The Working Waterfront

Ocean acidification threatens blue economy

House bill would begin study of impacts

By Chellie Pingree
Posted 2023-05-24
Last Modified 2023-05-24

In a state renowned for its lobster and shellfish, Mainers understand the importance of a healthy ocean. But you don’t have to spend your mornings on a fishing boat hauling in the day’s catch or even live near the coast to be affected by our changing and warming seas.

Ocean acidification is a growing and far-reaching threat to not only our fisheries, but the entire blue economy.

What exactly does “ocean acidification” mean? Well, ocean acidification refers to a gradual increase in the acidity of ocean water, caused mainly by human-emitted carbon dioxide (CO2) mixing with the ocean.

I will let the experts at the National Oceanic and Atmospheric Administration explain the science of it all: “Water and carbon dioxide combine to form carbonic acid (H2CO3), a weak acid that breaks into hydrogen ions (H+) and bicarbonate ions (HCO3-).” With more carbon dioxide in the atmosphere, there is more carbon dioxide dissolving into the ocean, increasing its acidity.

About 30% of the carbon dioxide we release into the atmosphere is absorbed by the ocean, making it challenging for marine organisms—particularly those with calcium carbonate shells, such as clams, lobsters, and oysters—to grow, directly impacting Maine’s iconic industries.

In the waters off Maine and Massachusetts, ocean acidification hot spots may cause economic losses of $400 million a year by 2100.

Like the climate crisis, ocean acidification is unquestionably caused by human activity. The water in our oceans has gradually gotten more and more acidic since we began burning large amounts of coal during the Industrial Revolution.

In fact, according to the Intergovernmental Panel on Climate Change (IPCC), atmospheric CO2 concentrations are now higher than at any time in the last two million years. The IPCC warns we could experience acidity increases up to 150% by the end of the century.

As far back as 2017, Bill Mook, an oyster farmer who founded Mook Sea Farms in Walpole, told me ocean acidification quietly crept into their awareness and “is now a real part of our daily hatchery operations.”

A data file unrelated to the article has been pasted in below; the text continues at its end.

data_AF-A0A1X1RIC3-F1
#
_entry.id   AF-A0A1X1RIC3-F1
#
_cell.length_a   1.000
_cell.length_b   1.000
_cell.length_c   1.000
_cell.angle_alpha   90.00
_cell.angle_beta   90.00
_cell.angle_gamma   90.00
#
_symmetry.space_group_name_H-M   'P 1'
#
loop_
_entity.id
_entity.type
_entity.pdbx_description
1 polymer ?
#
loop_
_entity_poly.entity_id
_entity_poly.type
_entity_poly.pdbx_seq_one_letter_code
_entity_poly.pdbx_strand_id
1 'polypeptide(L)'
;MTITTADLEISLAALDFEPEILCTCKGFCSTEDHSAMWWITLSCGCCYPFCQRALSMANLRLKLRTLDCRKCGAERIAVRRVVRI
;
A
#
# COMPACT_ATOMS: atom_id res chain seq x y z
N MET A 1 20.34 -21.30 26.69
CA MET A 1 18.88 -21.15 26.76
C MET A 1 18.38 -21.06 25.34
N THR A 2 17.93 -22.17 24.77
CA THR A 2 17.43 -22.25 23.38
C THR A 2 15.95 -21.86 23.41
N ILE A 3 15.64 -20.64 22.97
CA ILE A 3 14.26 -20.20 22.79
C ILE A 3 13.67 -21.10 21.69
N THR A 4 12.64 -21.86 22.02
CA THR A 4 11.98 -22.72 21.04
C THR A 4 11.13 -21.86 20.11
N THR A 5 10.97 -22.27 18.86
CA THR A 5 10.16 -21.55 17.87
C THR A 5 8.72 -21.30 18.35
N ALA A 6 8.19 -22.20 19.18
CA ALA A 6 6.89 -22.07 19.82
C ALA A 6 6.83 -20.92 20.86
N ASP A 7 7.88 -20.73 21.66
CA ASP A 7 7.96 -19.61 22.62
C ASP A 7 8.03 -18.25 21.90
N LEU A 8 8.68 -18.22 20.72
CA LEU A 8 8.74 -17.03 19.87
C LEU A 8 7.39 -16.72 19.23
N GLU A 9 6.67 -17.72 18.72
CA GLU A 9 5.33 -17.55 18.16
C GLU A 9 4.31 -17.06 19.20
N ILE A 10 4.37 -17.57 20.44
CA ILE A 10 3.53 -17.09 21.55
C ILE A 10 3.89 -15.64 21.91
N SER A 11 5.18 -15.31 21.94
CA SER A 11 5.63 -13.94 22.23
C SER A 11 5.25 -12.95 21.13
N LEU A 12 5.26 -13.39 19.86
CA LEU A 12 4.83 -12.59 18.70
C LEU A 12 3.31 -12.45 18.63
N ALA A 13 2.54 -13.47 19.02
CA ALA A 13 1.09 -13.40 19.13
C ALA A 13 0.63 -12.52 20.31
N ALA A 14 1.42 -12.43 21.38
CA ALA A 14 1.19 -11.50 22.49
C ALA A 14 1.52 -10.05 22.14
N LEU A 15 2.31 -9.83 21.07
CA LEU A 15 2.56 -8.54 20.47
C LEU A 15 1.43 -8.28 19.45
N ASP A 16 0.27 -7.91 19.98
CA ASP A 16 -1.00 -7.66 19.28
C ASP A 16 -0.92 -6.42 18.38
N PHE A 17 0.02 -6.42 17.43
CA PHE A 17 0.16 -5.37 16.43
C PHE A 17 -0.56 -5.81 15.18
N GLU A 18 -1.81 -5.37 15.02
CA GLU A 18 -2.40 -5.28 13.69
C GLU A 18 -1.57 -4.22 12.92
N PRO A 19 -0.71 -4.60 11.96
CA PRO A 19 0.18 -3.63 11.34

“In order for us to make informed business decisions about our future, it is crucial for more resources to be directed at understanding this issue: what the thresholds are for shellfish production; when they will be reached; and how their negative consequences might be avoided,” Bill said.

A 2020 report found in the U.S., particularly in the waters off Maine and Massachusetts, ocean acidification hot spots may cause economic losses of $400 million a year by 2100; global losses are estimated to be from $6 billion to $100 billion a year.

Chellie Pingree
Chellie Pingree

When dealing with major, complex, and existential issues like climate change and its impacts like ocean acidification, we must listen to—and support—the science. That is the basis of my bipartisan Coastal Communities Ocean Acidification Act, which passed in the House in May with overwhelming bipartisan support.

From Maine to Alaska, coastal communities nationwide are already grappling with the consequences of the climate crisis. Some have implemented ocean monitoring and data collection to better understand their vulnerability and are exploring the best ways to respond and improve their resilience. My bipartisan bill will strengthen and build on these efforts.

Specifically, my legislation will improve the National Oceanic and Atmospheric Administration’s (NOAA) collaboration with state, local, and tribal governments to bolster community vulnerability assessments, research planning, and similar activities related to ocean and coastal acidification. It will also require NOAA to maintain the Ocean Acidification Information Exchange, which will improve nationwide data sharing on ocean acidification research, data, and monitoring efforts between federal experts, community acidification networks, and other affected stakeholders.

I’m incredibly proud that my colleagues, on both sides of the aisle, voted to protect our oceans and support communities affected by ocean acidification through passing my bill. We need to better understand the vulnerabilities of the coastal communities, particularly those that are underserved and rural, which are already facing the impacts of coastal and ocean acidification and better equip them with the resources to respond. Doing so will help ensure our communities and ocean industries, including fisheries, are better able to adapt to changing oceans and continue to protect and sustain our ocean resources.

I’m hopeful the Senate will act soon so we can get this important piece of legislation to President Biden’s desk very soon.

Chellie Pingree is a member of Congress representing Maine’s 1st District. She lives on North Haven.